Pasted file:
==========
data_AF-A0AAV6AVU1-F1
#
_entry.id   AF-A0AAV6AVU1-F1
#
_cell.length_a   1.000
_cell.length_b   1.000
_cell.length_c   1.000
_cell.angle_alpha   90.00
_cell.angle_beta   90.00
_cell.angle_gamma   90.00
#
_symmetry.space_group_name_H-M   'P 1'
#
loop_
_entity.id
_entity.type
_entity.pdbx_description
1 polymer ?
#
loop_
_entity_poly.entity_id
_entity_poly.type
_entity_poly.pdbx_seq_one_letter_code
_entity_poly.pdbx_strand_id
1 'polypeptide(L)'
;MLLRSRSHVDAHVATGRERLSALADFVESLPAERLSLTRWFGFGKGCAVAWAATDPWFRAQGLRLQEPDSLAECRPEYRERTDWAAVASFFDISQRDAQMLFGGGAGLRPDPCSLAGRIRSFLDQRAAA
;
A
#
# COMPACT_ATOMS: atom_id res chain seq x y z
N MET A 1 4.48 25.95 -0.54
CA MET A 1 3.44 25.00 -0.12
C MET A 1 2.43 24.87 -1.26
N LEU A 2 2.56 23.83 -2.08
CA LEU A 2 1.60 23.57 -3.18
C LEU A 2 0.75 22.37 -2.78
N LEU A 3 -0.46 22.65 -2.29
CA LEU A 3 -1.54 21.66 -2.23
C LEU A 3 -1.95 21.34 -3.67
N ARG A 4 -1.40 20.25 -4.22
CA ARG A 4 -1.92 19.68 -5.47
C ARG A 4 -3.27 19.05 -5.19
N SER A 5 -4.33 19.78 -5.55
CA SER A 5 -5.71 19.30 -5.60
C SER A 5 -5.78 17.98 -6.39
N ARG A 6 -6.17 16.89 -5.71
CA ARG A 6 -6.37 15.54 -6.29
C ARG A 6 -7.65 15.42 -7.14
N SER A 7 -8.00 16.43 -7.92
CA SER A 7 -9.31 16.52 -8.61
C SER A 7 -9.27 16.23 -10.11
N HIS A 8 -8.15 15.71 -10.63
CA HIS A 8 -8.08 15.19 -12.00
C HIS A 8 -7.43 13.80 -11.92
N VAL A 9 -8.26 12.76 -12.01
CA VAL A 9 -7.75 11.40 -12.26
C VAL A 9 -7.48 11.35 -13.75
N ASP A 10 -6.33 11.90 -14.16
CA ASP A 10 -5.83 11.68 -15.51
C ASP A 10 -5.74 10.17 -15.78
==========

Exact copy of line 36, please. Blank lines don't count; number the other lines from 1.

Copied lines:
C LEU A 2 0.75 22.37 -2.78